In early February 2020, Luke Denman told his brother Mark, a lawyer based in Austin, Texas, to download Signal, the favorite encrypted text-messaging app of paranoid journalists, spies, and drug dealers around the world.
Luke, a decorated former Green Beret, had a secret to tell his brother, as he had in the past when he was kicking down doors in Iraq and Afghanistan.
“Training Venezuelans,” Luke wrote in a text once his brother had gotten on Signal.
Mark rolled his eyes and exhaled deeply.
“Wtf, who got you doing what, for who?” replied Mark, offering up the government or a mercenary group akin to the infamous Blackwater, once headed by real-life Bond villain Erik Prince, as possible employers.
“A little bit of everything,” wrote Luke. “Private company.” He insisted that whatever he was doing, it had the complete approval of the U.S. government.
“Mission is approved by our government and the government of Venezuela," he wrote. "We have great resources and a strong force.”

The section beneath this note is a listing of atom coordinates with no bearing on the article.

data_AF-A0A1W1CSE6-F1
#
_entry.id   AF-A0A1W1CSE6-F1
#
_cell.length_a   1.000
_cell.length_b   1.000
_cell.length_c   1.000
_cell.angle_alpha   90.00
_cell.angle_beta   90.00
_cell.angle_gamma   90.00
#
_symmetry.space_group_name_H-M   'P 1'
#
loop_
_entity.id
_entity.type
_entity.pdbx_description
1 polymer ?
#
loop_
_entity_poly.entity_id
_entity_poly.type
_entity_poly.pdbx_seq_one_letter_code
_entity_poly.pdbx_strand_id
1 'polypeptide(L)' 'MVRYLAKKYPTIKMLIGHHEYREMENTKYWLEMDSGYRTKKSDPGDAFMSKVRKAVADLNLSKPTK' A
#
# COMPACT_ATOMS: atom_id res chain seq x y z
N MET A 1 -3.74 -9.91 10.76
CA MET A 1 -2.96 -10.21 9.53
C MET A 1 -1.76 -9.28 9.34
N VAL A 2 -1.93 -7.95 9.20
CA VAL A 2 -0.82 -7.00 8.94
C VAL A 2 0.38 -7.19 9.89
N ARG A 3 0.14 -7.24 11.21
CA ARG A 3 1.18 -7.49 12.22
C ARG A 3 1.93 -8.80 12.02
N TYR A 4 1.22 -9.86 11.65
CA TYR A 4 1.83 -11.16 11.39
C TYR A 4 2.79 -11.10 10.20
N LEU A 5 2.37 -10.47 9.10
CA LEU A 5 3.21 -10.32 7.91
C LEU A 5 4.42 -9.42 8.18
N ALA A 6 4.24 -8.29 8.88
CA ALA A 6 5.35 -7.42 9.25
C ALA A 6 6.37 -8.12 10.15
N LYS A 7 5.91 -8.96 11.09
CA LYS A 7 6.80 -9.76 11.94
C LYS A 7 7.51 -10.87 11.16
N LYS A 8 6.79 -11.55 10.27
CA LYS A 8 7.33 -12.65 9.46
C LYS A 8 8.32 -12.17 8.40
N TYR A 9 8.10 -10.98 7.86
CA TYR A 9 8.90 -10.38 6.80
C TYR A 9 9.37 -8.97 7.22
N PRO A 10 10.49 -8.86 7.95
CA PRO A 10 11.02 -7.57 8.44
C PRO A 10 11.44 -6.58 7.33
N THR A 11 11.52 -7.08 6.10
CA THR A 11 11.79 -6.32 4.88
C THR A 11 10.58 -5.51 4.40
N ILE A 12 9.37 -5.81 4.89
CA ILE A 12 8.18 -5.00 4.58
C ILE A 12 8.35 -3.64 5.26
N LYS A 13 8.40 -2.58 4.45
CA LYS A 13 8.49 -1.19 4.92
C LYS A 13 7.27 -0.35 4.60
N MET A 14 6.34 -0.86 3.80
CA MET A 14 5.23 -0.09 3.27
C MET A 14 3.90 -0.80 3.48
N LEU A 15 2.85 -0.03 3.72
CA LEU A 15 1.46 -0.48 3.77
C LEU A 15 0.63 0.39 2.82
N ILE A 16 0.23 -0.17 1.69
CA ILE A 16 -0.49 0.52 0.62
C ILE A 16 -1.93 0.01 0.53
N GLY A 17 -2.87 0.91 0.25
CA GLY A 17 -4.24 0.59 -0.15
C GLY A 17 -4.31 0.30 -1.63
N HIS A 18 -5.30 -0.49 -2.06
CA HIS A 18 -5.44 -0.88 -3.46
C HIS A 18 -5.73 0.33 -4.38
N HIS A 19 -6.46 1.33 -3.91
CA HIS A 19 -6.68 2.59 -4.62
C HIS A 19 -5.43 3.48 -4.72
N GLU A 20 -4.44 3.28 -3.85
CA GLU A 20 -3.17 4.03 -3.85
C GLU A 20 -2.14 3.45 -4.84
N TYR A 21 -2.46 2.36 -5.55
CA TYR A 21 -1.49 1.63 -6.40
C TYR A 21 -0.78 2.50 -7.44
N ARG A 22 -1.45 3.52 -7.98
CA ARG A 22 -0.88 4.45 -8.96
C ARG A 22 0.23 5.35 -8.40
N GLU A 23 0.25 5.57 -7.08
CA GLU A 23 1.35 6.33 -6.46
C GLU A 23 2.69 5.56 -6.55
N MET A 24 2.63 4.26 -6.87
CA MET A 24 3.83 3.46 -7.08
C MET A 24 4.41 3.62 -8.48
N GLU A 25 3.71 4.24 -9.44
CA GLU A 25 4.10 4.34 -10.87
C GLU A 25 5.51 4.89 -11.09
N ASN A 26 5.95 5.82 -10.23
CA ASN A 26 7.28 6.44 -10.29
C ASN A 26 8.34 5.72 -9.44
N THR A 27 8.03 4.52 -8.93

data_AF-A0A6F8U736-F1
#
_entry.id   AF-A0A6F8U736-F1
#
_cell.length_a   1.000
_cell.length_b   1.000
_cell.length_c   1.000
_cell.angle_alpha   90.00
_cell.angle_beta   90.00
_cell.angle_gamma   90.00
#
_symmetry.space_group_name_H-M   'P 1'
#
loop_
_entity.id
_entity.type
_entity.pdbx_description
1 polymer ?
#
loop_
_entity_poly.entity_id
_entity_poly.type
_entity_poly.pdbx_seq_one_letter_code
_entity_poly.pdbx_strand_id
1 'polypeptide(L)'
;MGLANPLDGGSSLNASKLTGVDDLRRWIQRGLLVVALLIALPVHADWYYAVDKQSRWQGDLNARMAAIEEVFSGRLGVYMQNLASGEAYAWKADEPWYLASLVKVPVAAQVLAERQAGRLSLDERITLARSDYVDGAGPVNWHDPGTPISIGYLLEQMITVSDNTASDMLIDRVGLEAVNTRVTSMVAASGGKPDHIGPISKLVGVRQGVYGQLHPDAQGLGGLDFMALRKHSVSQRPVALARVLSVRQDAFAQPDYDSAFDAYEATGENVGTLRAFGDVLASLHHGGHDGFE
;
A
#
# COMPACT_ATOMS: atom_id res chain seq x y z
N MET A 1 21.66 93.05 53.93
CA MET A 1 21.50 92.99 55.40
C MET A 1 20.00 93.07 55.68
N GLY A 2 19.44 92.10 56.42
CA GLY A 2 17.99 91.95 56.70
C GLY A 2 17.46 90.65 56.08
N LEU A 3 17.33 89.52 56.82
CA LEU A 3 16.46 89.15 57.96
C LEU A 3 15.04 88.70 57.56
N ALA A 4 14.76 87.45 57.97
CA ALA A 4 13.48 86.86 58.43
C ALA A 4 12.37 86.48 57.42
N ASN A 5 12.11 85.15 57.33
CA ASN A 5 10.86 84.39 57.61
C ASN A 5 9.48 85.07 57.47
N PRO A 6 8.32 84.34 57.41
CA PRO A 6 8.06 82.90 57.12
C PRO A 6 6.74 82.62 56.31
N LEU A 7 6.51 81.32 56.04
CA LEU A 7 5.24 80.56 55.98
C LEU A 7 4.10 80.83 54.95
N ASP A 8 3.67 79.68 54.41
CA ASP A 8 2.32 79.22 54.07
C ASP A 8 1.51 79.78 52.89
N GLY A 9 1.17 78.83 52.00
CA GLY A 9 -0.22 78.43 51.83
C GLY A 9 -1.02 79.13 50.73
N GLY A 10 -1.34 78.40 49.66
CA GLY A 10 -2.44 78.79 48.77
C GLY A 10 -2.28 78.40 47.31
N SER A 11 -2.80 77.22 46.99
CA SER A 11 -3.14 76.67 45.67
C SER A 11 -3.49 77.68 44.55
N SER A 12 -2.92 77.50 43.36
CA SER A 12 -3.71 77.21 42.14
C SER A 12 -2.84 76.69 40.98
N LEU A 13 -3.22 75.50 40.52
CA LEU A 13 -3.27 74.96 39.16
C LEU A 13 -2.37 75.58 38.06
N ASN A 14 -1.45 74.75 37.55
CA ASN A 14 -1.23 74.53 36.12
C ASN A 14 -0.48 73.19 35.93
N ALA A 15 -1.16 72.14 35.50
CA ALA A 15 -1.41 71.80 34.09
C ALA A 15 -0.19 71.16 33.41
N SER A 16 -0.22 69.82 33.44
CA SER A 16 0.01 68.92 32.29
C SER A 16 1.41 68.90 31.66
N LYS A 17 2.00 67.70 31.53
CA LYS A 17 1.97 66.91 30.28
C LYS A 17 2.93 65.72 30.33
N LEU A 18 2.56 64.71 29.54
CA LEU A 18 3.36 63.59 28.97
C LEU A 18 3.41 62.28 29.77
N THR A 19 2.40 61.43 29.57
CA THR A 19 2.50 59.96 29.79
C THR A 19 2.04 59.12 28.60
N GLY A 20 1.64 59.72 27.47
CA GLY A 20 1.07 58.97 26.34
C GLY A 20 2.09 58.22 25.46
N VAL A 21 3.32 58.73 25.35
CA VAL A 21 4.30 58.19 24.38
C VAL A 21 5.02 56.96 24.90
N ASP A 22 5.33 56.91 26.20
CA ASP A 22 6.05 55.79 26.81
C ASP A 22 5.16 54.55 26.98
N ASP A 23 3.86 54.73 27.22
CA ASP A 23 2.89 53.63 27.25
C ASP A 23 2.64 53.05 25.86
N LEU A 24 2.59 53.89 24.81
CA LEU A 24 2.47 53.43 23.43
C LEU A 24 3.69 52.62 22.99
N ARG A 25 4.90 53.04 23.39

Mark was stunned. In the near decade since he'd finished up his military service, Luke had often talked about the mercenary gigs floating his way—they seemed to always involve a foreign country and former colleagues looking to get paid big sums for fast security work—but he’d always turned them down, telling his brother he didn’t feel comfortable with the idea of being a soldier of fortune who stood for nothing but money. This operation, though, was different. Luke believed in the mission of training Venezuelan expats in Colombia for their eventual overthrow of the corrupt dictatorship of President Nicolás Maduro and his government in Caracas.